Legislation & Policy

The basic workplace rights that Americans enjoy today have been championed by organized labor for more than 100 years.

Without the political efforts of unions, American workers would not have a right to a minimum wage, a forty-hour week, overtime pay, worker’s compensation, unemployment insurance, or the right to form and join unions. Unions have been at the forefront of the fight to make workplaces safer and to ensure that no one will be discriminated against at work because of their race, ethnicity, or gender.

The Pennsylvania AFL-CIO remains politically active because there are organized interests in Pennsylvania and the United States that want to dilute or eliminate the rights workers have established over the last century of struggle.

The PA AFL-CIO participates in politics in three ways:

  • First, at election time, the PA AFL-CIO endorses candidates for public office at all levels who pledge to support working families.
  • Second, the PA AFL-CIO monitors legislative politics in Harrisburg and Washington D.C. and speaks out against initiatives that will harm workers’ and their families. This legislative work is carried out according to an agenda adopted at the PA AFL-CIO’s biannual convention by the elected representatives of rank-and-file workers. The PA AFL-CIO often works closely with other advocacy organizations to advance a common progressive agenda.
  • Third, the PA-AFL-CIO conducts political education and training programs for its members through the work of its Committee on Political Education (COPE).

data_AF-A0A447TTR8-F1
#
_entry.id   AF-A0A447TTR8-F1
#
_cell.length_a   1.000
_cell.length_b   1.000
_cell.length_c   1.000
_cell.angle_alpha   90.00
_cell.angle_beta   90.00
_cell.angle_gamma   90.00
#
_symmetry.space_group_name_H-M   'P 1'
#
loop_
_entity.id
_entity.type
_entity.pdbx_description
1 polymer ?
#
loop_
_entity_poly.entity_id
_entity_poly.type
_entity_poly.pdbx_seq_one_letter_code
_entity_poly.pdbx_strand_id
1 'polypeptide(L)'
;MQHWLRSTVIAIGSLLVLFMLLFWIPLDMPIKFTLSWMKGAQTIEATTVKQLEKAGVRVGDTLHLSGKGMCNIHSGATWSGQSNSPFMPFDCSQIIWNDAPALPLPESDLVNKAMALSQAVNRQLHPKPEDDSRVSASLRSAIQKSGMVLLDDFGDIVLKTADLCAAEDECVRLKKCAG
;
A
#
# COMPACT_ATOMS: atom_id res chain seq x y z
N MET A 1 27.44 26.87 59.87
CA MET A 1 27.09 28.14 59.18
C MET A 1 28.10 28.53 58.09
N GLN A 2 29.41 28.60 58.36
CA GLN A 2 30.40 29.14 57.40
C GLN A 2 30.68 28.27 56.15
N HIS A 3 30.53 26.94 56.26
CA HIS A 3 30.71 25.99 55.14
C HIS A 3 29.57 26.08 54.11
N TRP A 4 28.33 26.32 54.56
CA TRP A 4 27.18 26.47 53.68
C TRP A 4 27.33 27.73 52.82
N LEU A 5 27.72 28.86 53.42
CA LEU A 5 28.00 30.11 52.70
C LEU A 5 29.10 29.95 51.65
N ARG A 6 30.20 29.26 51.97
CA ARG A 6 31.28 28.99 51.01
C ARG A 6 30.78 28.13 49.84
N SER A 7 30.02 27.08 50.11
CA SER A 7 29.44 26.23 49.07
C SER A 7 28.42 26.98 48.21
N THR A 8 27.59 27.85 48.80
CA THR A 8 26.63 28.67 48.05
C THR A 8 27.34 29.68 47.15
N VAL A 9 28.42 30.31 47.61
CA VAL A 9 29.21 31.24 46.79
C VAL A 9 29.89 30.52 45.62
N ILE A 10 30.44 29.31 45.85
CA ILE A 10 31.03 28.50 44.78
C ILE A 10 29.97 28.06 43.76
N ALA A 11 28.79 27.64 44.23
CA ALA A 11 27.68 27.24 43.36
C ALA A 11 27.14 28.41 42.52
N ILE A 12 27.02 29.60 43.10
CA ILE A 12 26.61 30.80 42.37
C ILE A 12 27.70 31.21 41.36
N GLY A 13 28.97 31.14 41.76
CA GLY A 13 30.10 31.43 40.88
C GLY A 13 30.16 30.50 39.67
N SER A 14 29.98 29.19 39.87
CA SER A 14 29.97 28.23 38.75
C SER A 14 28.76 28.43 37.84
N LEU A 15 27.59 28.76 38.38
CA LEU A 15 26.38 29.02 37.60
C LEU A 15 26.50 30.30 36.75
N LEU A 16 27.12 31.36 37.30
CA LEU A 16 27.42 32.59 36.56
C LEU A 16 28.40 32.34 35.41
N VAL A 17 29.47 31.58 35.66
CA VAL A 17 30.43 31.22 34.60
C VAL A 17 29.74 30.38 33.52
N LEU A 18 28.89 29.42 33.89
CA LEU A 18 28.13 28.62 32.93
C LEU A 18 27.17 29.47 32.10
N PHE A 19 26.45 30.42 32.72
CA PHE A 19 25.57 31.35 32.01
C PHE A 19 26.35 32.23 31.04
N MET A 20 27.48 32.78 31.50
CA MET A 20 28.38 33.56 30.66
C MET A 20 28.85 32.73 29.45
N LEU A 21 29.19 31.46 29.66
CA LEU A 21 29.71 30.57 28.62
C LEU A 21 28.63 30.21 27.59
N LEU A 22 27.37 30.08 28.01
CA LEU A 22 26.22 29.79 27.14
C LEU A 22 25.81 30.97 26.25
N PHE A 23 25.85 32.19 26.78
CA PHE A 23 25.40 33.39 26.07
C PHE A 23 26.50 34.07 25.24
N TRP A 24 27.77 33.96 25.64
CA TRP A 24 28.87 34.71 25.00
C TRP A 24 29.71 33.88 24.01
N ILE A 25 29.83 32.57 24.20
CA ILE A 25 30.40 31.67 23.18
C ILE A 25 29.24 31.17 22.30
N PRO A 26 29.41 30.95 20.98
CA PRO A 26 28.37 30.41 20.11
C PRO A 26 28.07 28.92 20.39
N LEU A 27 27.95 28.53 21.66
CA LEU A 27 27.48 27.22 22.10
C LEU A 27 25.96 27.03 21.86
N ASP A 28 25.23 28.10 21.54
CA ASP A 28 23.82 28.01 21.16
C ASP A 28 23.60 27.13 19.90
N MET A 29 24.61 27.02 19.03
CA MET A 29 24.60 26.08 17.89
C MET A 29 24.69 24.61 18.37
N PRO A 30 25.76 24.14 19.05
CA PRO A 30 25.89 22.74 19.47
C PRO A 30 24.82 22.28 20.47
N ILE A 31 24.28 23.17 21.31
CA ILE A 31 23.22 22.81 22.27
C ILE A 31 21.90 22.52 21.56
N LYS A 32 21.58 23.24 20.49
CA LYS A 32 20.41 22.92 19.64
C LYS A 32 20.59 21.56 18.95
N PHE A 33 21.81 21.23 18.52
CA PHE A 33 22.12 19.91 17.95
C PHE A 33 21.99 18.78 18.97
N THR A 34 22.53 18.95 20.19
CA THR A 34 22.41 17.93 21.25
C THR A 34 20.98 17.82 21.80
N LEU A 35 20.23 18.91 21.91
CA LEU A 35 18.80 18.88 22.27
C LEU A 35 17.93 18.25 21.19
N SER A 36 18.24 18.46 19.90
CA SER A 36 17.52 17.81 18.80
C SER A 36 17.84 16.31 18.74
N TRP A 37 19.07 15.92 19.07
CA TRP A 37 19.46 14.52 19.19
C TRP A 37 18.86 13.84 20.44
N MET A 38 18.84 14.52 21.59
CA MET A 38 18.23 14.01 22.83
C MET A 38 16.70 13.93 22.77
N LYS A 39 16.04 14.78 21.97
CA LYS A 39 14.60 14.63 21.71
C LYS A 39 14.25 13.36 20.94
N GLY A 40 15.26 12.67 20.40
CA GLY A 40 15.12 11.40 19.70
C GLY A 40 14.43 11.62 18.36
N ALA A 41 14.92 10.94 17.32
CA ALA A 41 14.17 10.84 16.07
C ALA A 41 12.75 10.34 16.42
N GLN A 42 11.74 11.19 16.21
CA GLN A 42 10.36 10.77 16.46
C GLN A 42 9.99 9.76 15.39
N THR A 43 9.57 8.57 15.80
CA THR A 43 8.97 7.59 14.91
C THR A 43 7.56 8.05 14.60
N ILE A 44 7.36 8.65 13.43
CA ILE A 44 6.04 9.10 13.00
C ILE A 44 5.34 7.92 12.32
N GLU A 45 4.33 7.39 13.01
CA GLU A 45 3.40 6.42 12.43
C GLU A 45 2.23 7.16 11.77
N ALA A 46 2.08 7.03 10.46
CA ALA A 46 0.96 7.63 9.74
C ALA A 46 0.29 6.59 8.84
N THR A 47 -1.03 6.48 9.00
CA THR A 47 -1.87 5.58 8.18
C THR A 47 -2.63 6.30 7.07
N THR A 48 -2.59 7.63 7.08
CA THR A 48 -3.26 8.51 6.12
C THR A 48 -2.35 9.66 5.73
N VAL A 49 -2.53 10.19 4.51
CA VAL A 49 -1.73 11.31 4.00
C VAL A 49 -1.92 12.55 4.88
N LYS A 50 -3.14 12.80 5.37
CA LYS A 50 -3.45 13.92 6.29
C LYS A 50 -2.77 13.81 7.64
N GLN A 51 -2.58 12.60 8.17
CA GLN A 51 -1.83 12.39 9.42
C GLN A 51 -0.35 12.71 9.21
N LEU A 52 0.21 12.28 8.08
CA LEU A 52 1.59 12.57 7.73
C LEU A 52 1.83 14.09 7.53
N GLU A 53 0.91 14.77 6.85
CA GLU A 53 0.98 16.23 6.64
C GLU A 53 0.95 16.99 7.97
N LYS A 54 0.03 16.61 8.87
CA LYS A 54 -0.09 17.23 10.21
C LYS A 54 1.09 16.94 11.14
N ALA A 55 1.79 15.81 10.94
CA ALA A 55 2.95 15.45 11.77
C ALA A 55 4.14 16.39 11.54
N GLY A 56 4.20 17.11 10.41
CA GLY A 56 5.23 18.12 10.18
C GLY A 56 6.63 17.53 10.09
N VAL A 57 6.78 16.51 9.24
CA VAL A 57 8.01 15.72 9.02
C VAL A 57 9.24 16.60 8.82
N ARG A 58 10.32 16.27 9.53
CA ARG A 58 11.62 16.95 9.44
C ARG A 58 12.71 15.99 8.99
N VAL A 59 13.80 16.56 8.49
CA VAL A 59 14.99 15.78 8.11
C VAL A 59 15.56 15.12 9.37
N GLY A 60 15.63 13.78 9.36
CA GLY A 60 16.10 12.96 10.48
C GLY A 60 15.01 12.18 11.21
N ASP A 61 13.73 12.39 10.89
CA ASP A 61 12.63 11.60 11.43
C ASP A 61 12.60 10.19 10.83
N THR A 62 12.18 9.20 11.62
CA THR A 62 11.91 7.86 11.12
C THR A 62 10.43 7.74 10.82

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Today could have been the beginning of 2019’s second federal government shutdown.  The historic and devastating 35-day federal shutdown which came to a temporary truce between Congress and the White House last month continues to have long-reaching and life-changing effects on federal workers and their families. Read More

Who Are Pennsylvania’s Minimum Wage Workers?

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By the Numbers: What a $15 an hour minimum wage means in Pennsylvania

Last week, Governor Tom Wolf previewed a key part of his 2019 budget plan; a $12/hour minimum wage starting on July 1, 2019, with a 50 cent increase every year until 2025.  All of Pennsylvania’s neighboring states have raised their minimum wage, while our Commonwealth has neglected to take any action.  2,004,000 The number of Pennsylvanians that would get a raise if the minimum wage were $15/an hour.  That’s one in three workers across our state.  Pennsylvania has long struggled with raising revenue to support basic services; but by raising wages we lift people out of financial depression and poverty, create stronger communities and alleviate dependence on assistance. Read More